Together we get her up off the floor and help her walk across the hall and into a dark bedroom. We gently lay a groaning Steph onto the bed and Nate quickly takes off, telling me he’ll check in on us later. I sit down on the bed next to Steph and make sure her head is comfortable.

Sober, with a drunk girl beside me and a party raging all around, I feel like I’ve hit a new low. I turn on a lamp and look around the room, my eyes immediately going to the bookshelves that cover one of the walls. Since this perks my mood up, I go over to it and scan through the titles. Whoever owns this collection is impressive; there are many classics, a whole range of different types of books, including all of my favorites. Spying Wuthering Heights, I pull it off the shelf. It’s in bad shape, the binding giving away how many times it’s been opened.

I’m so lost in Emily Brontë’s words that I don’t even notice the change in light when the door opens, or the presence of a third person in the space.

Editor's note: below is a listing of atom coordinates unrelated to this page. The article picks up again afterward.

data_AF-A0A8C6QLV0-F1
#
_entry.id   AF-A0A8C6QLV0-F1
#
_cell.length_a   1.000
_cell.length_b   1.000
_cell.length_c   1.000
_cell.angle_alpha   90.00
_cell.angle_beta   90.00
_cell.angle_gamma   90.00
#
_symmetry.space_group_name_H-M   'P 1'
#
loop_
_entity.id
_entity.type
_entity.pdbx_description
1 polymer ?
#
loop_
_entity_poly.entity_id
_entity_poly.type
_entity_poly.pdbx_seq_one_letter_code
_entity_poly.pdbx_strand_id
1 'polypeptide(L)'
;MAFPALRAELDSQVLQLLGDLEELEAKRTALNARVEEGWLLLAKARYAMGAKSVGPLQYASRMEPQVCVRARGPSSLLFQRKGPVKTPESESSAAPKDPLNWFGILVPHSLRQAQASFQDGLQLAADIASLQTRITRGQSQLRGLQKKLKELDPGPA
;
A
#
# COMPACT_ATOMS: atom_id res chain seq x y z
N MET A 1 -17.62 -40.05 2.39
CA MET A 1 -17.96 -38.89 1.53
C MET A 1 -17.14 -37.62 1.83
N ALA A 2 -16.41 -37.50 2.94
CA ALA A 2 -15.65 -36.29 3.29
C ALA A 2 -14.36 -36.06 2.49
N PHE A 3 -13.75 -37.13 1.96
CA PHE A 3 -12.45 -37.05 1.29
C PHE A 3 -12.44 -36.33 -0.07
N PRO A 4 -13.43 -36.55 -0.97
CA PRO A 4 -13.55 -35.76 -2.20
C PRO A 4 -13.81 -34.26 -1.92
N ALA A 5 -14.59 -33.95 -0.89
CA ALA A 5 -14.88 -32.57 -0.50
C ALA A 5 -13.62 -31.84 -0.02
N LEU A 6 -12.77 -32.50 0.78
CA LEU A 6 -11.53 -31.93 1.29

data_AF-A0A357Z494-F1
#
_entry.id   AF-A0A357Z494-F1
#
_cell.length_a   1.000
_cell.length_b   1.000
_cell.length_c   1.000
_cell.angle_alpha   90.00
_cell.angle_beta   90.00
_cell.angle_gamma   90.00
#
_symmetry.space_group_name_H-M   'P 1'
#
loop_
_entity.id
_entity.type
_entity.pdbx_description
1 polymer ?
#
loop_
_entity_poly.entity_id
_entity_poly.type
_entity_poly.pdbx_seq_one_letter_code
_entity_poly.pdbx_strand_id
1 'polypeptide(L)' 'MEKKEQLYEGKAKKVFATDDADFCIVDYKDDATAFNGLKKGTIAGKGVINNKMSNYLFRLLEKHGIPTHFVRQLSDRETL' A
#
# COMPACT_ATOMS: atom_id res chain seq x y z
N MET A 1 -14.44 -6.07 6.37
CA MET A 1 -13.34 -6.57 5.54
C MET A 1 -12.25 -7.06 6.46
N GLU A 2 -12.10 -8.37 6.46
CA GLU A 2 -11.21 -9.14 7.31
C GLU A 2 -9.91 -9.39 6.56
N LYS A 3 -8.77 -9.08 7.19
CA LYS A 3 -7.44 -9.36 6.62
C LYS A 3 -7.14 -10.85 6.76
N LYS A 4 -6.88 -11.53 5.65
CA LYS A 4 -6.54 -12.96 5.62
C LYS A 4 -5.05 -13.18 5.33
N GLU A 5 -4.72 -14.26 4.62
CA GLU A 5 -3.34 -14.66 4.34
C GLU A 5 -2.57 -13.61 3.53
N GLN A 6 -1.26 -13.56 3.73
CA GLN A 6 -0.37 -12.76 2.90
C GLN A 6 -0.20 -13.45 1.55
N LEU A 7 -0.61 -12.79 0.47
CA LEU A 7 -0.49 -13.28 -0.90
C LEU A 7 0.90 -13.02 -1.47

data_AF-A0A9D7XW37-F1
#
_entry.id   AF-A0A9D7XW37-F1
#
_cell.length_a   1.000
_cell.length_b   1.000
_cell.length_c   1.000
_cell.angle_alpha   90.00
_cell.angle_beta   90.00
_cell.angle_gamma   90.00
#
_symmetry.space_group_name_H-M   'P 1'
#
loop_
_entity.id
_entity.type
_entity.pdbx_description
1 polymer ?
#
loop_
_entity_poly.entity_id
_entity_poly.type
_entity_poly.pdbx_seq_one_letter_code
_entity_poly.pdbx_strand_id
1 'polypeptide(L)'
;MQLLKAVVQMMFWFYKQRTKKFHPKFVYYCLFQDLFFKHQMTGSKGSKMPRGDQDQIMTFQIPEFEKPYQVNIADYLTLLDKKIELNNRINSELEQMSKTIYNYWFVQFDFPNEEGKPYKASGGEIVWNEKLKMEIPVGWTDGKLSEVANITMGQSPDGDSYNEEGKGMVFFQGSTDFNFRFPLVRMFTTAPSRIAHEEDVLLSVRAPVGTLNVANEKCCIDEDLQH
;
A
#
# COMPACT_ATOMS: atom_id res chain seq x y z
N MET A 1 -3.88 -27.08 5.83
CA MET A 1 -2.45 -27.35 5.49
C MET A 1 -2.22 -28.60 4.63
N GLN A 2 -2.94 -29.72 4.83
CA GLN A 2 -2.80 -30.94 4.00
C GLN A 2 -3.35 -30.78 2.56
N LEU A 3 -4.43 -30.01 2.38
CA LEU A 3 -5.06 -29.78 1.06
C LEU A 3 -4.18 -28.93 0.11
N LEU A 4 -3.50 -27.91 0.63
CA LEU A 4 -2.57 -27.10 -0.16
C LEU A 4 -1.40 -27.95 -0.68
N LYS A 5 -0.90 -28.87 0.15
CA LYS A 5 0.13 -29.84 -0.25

“Why the hell are you in my room?” an angry voice booms from behind me. I know that accent by now.


“I asked you what the hell you’re doing in my room,” he repeats, just as harshly as the first time. I turn to see his long legs pulling him toward me and he snatches the book from my hand and tosses it back onto the shelf.

My mind is whirling. I thought the party couldn’t get any worse, but here I am, caught in Hardin’s personal place. He rudely clears his throat and waves his hand in front of my face.

“Nate told me to bring Steph in here . . .” My voice is soft, barely audible. He takes a step closer and lets out a deep breath. I gesture to his bed, causing his eyes to follow my hand. “She drank too much and Nate said—”

“I heard you the first time.” He runs his hand through his messy hair, clearly upset. Why does he care so much if we are in his room? Wait . . .

“You are a part of this fraternity?” I ask him. It’s impossible to hide the shock in my voice. Hardin is far from what I imagined a frat boy to be like.

“Yeah, so?” he answers and takes yet another step closer. The space between us is less than two feet, and when I try to inch away from him my back hits the bookcase. “Does that surprise you, Theresa?”